Having discovered that much, and a couple of his shorter, simpler poems, see above, I looked at his natal chart, noted the T-square linking Pluto/Neptune to Saturn with Mars at the apex. Then Google threw up a blog called Astrology of a Trainwreck, the blogger had noticed that Hart Crane and Ernest Hemingway shared a birthday. Here's a link to that post:

Birthday twins July 21 Ernest Hemingway and Hart Crane Genius and Suicide.

Hemingway, by the way, had Virgo rising, according to astro-databank HERE, also Moon in Capricorn.

So someone got there before me - again - and had found an interesting side issue. The post isn't dated year-wise, but appears to come from a few years ago.

Other notables from Crane's natal chart: If time of birth is reliable: Pisces rising, Sun and Venus in Cancer, and Jupiter in Scorpio - all the highly emotional water signs are represented. A strict Capricorn Moon opposing Cancerian arty Venus strikes a discordant note.

Neptune and Pluto close together in Gemini and opposite Saturn would have played a part in a whole group of people's nativities, those planets being slow movers. It's the fact that, in this case they link up to a quicker moving, so personal planet, Mars which makes the resulting network here personally significant to Crane.


mike said...

"Astrology of a Train Wreck" posted on Monday, July 21st, 2008 (see the sentence just above comments). Michelle Perrin now monikers as "Astrology Detective" and now writes for various publications. I used to follow her blog entries, but between my computer glitches erasing bookmarks and her discontinuing her blog, I forgot about her.

It seems a fact that he committed suicide at sea after being beaten for sexual advances toward a male crew-member. Wiki mentions witnesses, but if the witnesses were crew members, I'd suspect he may have been tossed overboard. Surprising to me in the here-and-now, the number of murders on cruise ships that are first designated suicide.

I hope that July 21, 1899, didn't produce too many suicidal individuals...maybe the Virgo-Pisces axis were the hardest hit, with the potent, heavy hitting planets in Gemini and Sagittarius forming the cross.

He has no final planetary dispositor, instead has a quorum Sun, Moon, Mercury, Mars, Jupiter, Saturn chain...ruled by committee...not of one mind, erratic and changeable. Neptune on the S Node wasn't good, either.

Though he was considered one of the greats by his contemporaries, I never appreciated his poetry, but I'm not one to favor poetry. His poetry seems pretentious or forced, to me.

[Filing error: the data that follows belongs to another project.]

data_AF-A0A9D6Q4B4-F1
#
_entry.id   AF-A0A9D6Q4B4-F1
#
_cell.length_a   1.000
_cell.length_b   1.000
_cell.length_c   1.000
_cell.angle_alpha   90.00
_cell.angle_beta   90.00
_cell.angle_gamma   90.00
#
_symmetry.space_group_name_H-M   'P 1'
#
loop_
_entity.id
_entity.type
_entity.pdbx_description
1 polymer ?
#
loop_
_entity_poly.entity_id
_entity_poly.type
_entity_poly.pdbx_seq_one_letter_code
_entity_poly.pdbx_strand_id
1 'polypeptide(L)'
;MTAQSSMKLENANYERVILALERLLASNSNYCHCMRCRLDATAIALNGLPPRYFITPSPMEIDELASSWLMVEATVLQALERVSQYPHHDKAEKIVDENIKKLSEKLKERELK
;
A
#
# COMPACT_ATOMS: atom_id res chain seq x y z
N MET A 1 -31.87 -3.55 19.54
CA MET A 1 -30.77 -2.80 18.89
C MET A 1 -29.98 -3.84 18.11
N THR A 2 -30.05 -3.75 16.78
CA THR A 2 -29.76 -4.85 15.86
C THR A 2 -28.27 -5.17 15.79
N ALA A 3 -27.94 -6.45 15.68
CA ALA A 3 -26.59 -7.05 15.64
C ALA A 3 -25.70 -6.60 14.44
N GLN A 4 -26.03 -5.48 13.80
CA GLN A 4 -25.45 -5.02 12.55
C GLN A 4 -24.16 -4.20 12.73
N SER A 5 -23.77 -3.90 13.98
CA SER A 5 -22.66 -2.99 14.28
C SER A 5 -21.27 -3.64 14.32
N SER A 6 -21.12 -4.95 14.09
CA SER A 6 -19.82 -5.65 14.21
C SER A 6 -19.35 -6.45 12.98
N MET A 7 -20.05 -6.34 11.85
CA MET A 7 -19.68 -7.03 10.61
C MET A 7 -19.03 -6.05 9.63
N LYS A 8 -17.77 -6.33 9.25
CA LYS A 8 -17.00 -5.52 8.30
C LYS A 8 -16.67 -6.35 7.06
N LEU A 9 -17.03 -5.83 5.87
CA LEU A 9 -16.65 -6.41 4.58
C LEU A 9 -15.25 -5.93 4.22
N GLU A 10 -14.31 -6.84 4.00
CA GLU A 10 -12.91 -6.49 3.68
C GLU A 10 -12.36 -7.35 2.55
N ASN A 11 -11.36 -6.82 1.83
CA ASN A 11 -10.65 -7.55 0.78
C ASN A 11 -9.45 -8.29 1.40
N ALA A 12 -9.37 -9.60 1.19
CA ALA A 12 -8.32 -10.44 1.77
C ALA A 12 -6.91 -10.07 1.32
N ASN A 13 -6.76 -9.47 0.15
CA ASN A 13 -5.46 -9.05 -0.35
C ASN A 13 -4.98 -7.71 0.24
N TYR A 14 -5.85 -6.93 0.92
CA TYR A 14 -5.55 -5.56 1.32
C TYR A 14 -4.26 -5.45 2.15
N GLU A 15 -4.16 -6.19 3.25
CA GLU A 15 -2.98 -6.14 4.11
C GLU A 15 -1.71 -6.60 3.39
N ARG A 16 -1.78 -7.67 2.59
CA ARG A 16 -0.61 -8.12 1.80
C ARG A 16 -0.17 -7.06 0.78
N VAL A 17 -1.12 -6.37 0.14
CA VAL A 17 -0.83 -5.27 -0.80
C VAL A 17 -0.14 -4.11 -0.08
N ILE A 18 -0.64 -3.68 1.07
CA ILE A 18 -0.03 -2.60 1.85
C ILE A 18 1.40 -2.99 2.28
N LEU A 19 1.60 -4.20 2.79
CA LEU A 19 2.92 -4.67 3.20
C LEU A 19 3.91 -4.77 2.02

Twilight said...

mike ~ Ah yes, thanks - I see the date now - those black background blogs can be an irritation to the eyes, so I exit asap!

I quite liked the two poems I posted. I do enjoy poetry reading - all poetry has to be a tad pretentious I guess - that's an inherent part of it, and of poets in general.
If they weren't pretentious they'd write short stories or novels or reports for newspapers. Lol - I should wash my mouth out now!

Thanks for the additional astrological pointers.

mike (again) said...

I've never had the intellect for poetry. Way back when I was in the early grades of school, we often had English assignments to discern the meaning behind various poetry. I inevitably found meaning that didn't exist to others...LOL. I don't think in metaphorical or figurative terms. On occasion, I don't "get" a joke, because I take it literally...only when people laugh that I know I need to decipher. Add to it, I lack cadence of rhythm. I stuttered as a child and I've never been a second language person...I could only take one semester of college Spanish, because I began to apply the rules of Spanish to my native English. I finally completed my college, second language requirement through computer science programming language.

Twilight said...

mike (again) ~ Yes, I do, kind of, understand your take on poetry. I read it, myself, more as though I'm reading song lyrics, first for rhythm, and second for a flimsy veil of meaning. I think some school teachers' demands for finding "hard" meanings in poems does spoil poetry for some readers; that's a shame. I like to find the "feel" and "atmosphere" of a poem rather than a definite meaning...a bit like astrology I guess. Sad, melancholy poems can help through difficult times I've found.
Not sure why that is. :-/